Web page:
At first Joshua Smith mainly thought of the things he could no longer do. Injured by an unfortunate coincidence, he became very limited in his possibilities. However, the captain of Team USA has become a different person. “I am now focusing on what I can do. And I am happy that I have been able to create so many new friendships.”
By Edward Swier
The complaints got worse
Things went wrong at Combat Survival School. Smith, appointed as Aircrew Flight Equipment Specialist within the US Air Force, was abandoned in 2008 as part of an exercise where they were diving in a culvert. The resilience training went wrong. Smith suffered from his hips and back, among other things. “And I had more and more complaints.” The pain-relieving pills and soothing words didn’t help, and afterwards the serious treatment didn’t help either. The complaints got worse and worse.
As a result, he eventually had to undergo surgery on both of his hips in 2015, and surgery on his right shoulder and elbow was also necessary. “The result was that I was severely restricted in my freedom of movement. The injuries were initially very frustrating, but the fact that I knew that my body would never be able to do a number of things anymore, that really did it. I have since learned to live with it. I feel calmness and peace, can accept that it has happened to me. I will never be able to understand why it happened to me. But I can’t change it. I also look at it from a positive perspective. Otherwise I would have never been involved in the Warrior Games, I could never have been part of Team USA for the Invictus Games.”
Create new experiences
Joshua Smith is team captain of the American team for the Invictus Games. Together with co-captain George Vera, he leads the 65 participants of Team USA. “I want to help others when necessary. Hope to be able to sufficiently tell them what they can expect in The Hague, how they can prepare for unexpected things. I am very pleased that I have been asked for the task, I am also incredibly honored.”
Since he was introduced to the Air Force Wounded Warrior Program in early 2016, much has changed in Smith’s life. And Joshua does a lot of sports, much more than he did before the incident. “I have been very competitive all my life, always played a lot of sports. The fact that I suddenly became proficient in adaptive sports, in sports for people with a disability, has greatly strengthened me physically, emotionally, socially and spiritually. New opportunities opened up for me, I was able to create new experiences. Experiences that I thought would not be possible for me.”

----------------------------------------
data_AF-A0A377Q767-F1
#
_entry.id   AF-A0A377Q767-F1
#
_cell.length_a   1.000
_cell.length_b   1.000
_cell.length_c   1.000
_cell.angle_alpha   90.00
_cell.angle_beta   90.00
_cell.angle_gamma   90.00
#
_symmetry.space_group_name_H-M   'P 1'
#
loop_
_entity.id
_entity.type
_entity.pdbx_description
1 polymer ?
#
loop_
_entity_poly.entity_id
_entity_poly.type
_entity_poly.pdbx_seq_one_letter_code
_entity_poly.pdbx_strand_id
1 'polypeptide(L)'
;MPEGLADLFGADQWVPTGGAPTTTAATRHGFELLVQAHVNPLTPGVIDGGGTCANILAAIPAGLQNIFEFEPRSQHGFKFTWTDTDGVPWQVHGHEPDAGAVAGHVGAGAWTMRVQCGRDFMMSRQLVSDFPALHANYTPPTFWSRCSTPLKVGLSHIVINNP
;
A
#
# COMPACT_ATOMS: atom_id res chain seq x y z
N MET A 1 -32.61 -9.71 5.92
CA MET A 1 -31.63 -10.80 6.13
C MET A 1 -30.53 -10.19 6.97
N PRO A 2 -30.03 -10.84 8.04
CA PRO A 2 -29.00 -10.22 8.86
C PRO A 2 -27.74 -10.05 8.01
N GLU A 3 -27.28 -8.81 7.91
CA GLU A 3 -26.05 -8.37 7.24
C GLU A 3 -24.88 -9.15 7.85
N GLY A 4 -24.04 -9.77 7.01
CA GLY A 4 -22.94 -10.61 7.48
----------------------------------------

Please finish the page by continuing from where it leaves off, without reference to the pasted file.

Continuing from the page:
Smith participated in the Warrior Games in 2017, 2018 and 2019. “I was immediately impressed by the concept, by the idea behind it. I understand why Prince Harry was inspired when he was introduced to the event in 2013 and consequently invented the Invictus Games.”
Two years ago, Smith participated at the Invictus Games in Sydney. He returned from Australia with no less than eight medals. But he cherishes the memories even more than the medals he won. Such as the moment that Prince Harry and Meghan congratulated him on his achievements. “The first time was amazing, because of all the various impressions. I was greatly honored to represent America and the US Air Force. The friendship and companionship that you build with so many others – injured, sick, wounded or disabled – from all over the world, really did me good.”
Smith has not been in duty since November 2016, he is a veteran. Once he got in touch with the Wounded Warrior program in his own country, he picked up many things. Not only did he start exercising much more, Smith also started following an educational course full-time.
Above all, Smith has also found a new passion, he teaches at a primary school. “I am a Behavior Specialist, behavioral expert, at the Rock Canyon Elementery School in Provo, a town in Utah. I work with children there who find it difficult to function in a classroom, sometimes because they have a difficult home situation, or because they have ADHD, for example. I help them to stay out of trouble. And make sure they can keep coming to school. That is of course very rewarding work.”
As previously mentioned, Smith does a lot of sports in his spare time. Name a sport at the Invictus Games and Joshua Smith is participating in it or has previous experience in the sport. Wheelchair basketball and wheelchair rugby are his favorites, but also athletics, rowing, cycling and power lifting attract him. His training schedule is full. “I train six days a week, play wheelchair basketball for three days, am regularly on the rowing machine, and on the handcycle.”
He is a busy man. Because he also seizes every opportunity he gets to tell his story. Television appearances, presentations at companies; Smith likes telling his story. “It’s great that, thanks to the Wounded Warrior program and the Invictus Games, many people in America already know something about the theme. But I would otherwise like to share it with them. As team captain you get the chance to share your story a lot more. It is an amazing feeling if you can inspire others with your stories. I want to tell others that life can be really hard, but there is always a way to overcome the worst of suffering.”